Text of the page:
10 Foods You Never Knew You Could Steam (and How the Heck to Do It)

by | Updated: July 25th, 2017

Steaming—it’s not just for broccoli and carrots anymore! This time-saving cooking technique, which uses one pot to prep food, is the more energy-efficient choice when it comes to cooking as it reduces the overall cook time. And while steamed veggies are nice, there are tons of other things you can fog to perfection as well!

If you’re not familiar with steaming, the food is placed above water or other cooking liquid in a covered pan that’s hot enough to produce steam to gently cook the food.

Homemade Steamed Vegetables in Bowl with Chopsticks | Vitacost.com/Blog

 “Steam cooking is not something new but has been around for centuries. It is one of the most popular cooking methods in the East, especially China, India and some parts of North Africa,” a HubPages article explains.

Not only is steaming great for busy households, but it’s one of the best cooking techniques for overall health. Gently steaming vegetables retains up to 50 percent more nutrients, especially water soluble vitamin C and vitamin B, which are damaged or lost with high heat. Foods that are steamed are lighter in calories and highlight the food’s natural flavors. 

While many people use a steamer for cooking the perfect pot of light and fluffy rice, there are a wide range of foods which can be cooked in a steamer. We promise that you’ll be hooked on this valuable piece of kitchen equipment before you know it!

1. Dark leafy greens

When steamed, these nutritious leaves cook in just a few minutes. Go for local, in-season leafy greens (visit a farmer’s market) such as collard greens, bok choy, mustard greens, Swiss chard, kale and spinach (or any other green you’re in to). Steam for 1-2 minutes, drain, chill and freeze in small containers to use in your green smoothies.

For a simple side dish, add a few drops of toasted sesame seed oil and a sprinkle of toasted sesame seeds.

2. Winter squash, gourds & pumpkin

Steam ‘em whole and scoop it out! Stuff your steamed veggie of choice with meat or vegetable chili, soup or other flavorful combinations for an impressive main course at your next dinner party. You could also chill the cooked squash and use it as a bowl for a mixed salad.

3. Fish and shellfish

Delicate fish and shellfish retain moisture when steamed. Place seasoned salmon or other white fish on a bed of fresh herbs or citrus slices and steam until flaky.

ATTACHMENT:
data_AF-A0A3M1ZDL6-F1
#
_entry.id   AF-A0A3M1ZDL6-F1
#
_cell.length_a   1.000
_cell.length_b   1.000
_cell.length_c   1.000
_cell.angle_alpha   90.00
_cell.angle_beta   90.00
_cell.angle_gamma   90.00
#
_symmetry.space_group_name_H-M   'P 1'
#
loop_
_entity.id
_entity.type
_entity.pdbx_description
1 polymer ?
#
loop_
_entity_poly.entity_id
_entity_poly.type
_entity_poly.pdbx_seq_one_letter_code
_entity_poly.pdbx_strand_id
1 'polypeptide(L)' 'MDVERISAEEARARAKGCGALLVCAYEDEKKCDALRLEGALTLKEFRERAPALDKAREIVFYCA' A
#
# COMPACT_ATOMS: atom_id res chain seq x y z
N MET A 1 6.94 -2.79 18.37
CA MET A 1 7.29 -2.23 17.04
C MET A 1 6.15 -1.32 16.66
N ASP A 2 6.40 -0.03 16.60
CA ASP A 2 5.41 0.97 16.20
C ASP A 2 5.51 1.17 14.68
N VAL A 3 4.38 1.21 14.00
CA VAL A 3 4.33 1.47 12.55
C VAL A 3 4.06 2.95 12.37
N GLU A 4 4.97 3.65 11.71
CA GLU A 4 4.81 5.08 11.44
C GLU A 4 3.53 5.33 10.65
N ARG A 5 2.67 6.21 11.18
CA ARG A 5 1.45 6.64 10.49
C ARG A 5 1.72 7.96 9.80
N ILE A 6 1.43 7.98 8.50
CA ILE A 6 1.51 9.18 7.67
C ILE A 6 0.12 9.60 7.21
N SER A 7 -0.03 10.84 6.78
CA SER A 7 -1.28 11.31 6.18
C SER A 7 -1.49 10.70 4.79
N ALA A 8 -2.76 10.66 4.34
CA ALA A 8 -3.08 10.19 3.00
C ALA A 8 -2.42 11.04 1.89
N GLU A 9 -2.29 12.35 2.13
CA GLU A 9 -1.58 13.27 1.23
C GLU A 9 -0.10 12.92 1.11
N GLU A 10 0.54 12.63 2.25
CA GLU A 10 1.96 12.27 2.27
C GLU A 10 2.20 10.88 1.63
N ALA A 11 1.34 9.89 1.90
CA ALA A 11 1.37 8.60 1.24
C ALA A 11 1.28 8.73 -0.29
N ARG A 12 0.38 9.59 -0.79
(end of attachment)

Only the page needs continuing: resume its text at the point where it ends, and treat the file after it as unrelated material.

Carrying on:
Do you love a traditional New England style clam bake? It’s made by steaming clams, lobster, fish, corn on the cob and potatoes over layers of seaweed.

4. Fresh tomatoes

Do you have an abundance of farm-fresh tomatoes? A steamer is perfect for processing tomatoes to remove skins, getting them ready for making tomato sauce or salsa for canning or freezing.

 5. Defrost and reheat

Short on time? Use your steamer to gently defrost or reheat food so it retains moisture and flavor without overcooking or drying out.

6. Desserts

Love a warm and sweet dessert that’s low in sugar? Scoop out the seeds and core from a baking apple or pear and stuff it with chopped nuts, dates, cinnamon and a splash of vanilla and steam until soft. Use apple or other fruit juice as the steaming liquid instead of water. Reduce the liquid after cooking and thicken lightly with arrowroot for a light sauce. Top with a dollop of yogurt or whipped coconut cream.

7. Cruciferous vegetables

These veggies LOVE steam. In fact, broccoli, cabbage, cauliflower, Brussels sprouts, kale and radishes become sweeter when steamed. Keep it simple by steaming broccoli until tender crisp; add a pinch of salt and splash of fruity olive oil to season. Use cabbage leaves to wrap traditional-style stuffed cabbage or try something new; tempeh and wild rice filling, or mushrooms and farro with garlic and pesto.

8. Frozen vegetables

Frozen veggies often turn into mush when you cook them—but not when they’re steamed! Keep kids busy while you’re making dinner by serving steamed edamame pods with a sprinkle of salt or sea vegetable seasoning as a nutritious snack or appetizer.

9. Poultry

Lean, whole chickens, chicken breasts or pieces wrapped in parchment paper packages are delicate and tender. Season chicken with herbs, salt, garlic or your favorite seasoning combinations. Steam chicken until cooked through; use an internal thermometer to check temperature. Steam a whole chicken or several chicken breasts, cool and shred meat. Use shredded chicken for a quick salad or toss with barbecue

10. Eggs

Make the perfect hard-boiled eggs. Steam in shell for six minutes for a soft boiled egg and 12 minutes for a hard-boiled egg.